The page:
Don’t beat yourself up—nobody ever improved from a position of judgment and self-hate. Have compassion for yourself, be kind, forgive slip-ups, and keep focusing on the positives. You do not need to make yourself feel bad in order to improve. We all have moods that change and shift, but we also possess the ability to choose how we respond. We can allow ourselves to feel what we feel without letting moods disrupt our goals or commitment. Notice your moods as moods and choose not to react to them. Act instead from your rational, conscious mind.
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Remember dopamine, your brain’s reward chemical? You are far more likely to make positive changes in your life, to be productive and effective and successful, if you do so with a positive, healthy frame of mind. Self-improvement is not about punishment, shame or deprivation. It’s not about hating or judging yourself into being better. There are two reasons to bring more compassion and positivity to the change process:
1. You’ll be more resilient to setbacks, obstacles and failure, 2. You’ll enjoy it more!
When you fail or mess up (notice that it’s when and not if), you will need to respond with self-compassion. Think of it this way: beating yourself up achieves precisely nothing and will not get you back on the wagon. What will get you back on the path is to gently forgive yourself, become curious about what happened and why, and then take intelligent action to do better next time. But the important first step is the compassion.
Instituting a new way of thinking won’t always go according to plan. You will have ups and downs, fabulous successes, and flat-out failures. The key is to keep moving forward whatever the situation is. It will be a journey, and you won’t always perform as you’d ideally like. That’s perfectly normal. It’s easy to get wrapped up in guilt, anger, or frustration, but these emotions will not improve self-discipline. In fact, they could make you feel so bad that you’re tempted to give up entirely. Instead, use the hiccups in your plan as learning experiences for the future. Forgive yourself, focus on the positive, and get back in the saddle ASAP. The longer you’re off your game, the harder it is to keep going in a positive direction.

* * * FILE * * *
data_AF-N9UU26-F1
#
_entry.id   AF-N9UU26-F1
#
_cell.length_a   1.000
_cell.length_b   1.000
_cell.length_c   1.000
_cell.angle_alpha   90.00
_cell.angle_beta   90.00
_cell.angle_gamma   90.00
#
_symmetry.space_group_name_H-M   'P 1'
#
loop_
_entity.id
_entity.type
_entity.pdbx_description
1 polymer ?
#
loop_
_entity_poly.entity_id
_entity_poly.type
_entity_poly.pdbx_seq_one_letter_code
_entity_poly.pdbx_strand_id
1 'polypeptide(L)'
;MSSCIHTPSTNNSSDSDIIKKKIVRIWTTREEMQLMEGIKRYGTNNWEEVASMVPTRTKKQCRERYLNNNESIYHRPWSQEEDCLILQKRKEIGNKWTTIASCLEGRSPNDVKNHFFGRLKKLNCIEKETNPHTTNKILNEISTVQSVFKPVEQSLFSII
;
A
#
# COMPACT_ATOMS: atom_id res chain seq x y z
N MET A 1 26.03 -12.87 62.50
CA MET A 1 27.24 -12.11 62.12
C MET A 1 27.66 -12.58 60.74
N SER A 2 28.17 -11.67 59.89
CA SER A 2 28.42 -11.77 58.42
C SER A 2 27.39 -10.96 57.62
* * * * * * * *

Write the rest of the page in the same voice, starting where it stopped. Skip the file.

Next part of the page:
A positive mindset is a resilient, flexible, living one. It’s what allows you to learn and evolve. It’s what makes it possible to face a challenge or setback square on and say, “Okay. That’s fine. What can I do now? What have I learned?”
How to Use This in Your Life Immediately
There are dozens of practical ways that you can start including more positivity and self-compassion in your life, today.
• Practice gratitude. Every day note a few things you’re thankful for, and dwell for a moment on everything that’s going right for you. • Stay in the present. Often, negative thinking is all about the past or the future. Try to notice when you’re ruminating on what’s happened or worrying about what will happen, and gently bring your mind to the present instead. The present, after all, is where all the possibilities and opportunities lie! • Surround yourself with positive people, and avoid chronic complainers, people who sap your energy or eternally apathetic or pessimistic people. • Practice saying affirmations or inspirational to yourself. For example, “Success is not final; failure is not fatal. It is the courage to continue that counts.” • Look for the lesson. Mistakes are redeemed when we’re brave enough to learn from them and be better next time. Then, you may even welcome failure, since it becomes a teacher. • Drop judgment for yourself. You’re not perfect, but you don’t have to be. Focus not on your achievements but on your attitude and state of mind. Commit to being compassionate with yourself regardless of outcome. • Give yourself time every day to relax, reflect and meditate. Tune into your inner voice—and not the voice of others telling you what you should and shouldn’t do. Tell yourself that you always have value as a human being no matter your external achievements. What matters is not the setback but your response to it.